Although the editors of Bridging the Multimodal Gap: From Theory to Practice effectively connected theory to the praxis of multimodal teaching, the collection is digital-focused. Most of the chapters discussed either visual or aural multimodal assignments; the collection could have benefited from the inclusion of some of the other media variations (gestural, spatial, and linguistic). Nevertheless, the way in which Bridging the Multimodal Gap: From Theory to Practice aimed to promote a comfortable and positive hue around multimodality that seems to be lacking in certain spaces and populations of our discipline instantly drew us in not only as readers, but also as educators who strives to teach multimodality in future semesters. Although several of the pieces discussed possible barriers to and complications of multimodality, the overall optimistic tone of the collection encouraged us to want to create more multimodal curricula for the classes that we teach in the future. Given our students' growing dependence and reliance on technology, this collection provided pedagogical illustrations that could assist any writing educator in building a connection between students' out-of-school and in-school literacy practices.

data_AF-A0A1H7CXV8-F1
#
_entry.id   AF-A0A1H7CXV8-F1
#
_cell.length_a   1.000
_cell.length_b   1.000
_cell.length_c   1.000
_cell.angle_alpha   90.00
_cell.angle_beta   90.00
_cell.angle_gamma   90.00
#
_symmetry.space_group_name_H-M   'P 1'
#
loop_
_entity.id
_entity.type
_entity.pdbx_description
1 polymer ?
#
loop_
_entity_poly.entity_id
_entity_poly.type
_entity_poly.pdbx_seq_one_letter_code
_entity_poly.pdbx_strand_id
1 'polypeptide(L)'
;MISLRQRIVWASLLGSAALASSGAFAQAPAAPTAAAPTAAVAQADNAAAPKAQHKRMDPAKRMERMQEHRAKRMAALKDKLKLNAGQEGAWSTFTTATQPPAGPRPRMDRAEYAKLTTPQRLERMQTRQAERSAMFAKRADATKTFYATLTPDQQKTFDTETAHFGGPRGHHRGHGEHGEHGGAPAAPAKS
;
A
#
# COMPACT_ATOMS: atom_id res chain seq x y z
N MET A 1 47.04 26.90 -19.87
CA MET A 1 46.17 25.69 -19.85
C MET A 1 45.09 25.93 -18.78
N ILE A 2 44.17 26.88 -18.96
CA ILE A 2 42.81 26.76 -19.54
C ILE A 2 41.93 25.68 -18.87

The act of composing this multimodal review drove home the ultimate takeaway from this book, which is to be patient with yourself and your students when experimenting with multimodal composition. Oftentimes, we have high ambitions, yet once we undertake the task, we are humbled by the practice. This is indeed what we experienced as there were so many compositional aspirations that we had for this webtext until we began to put it together and realized it was more of an overwhelming task than we had anticipated. Nevertheless, the lessons we learned from reading Bridging the Multimodal Gap: From Theory to Practice helped us persevere and realize that any movement forward is good movement, even if it is just across one link of the bridge to becoming fully multimodal.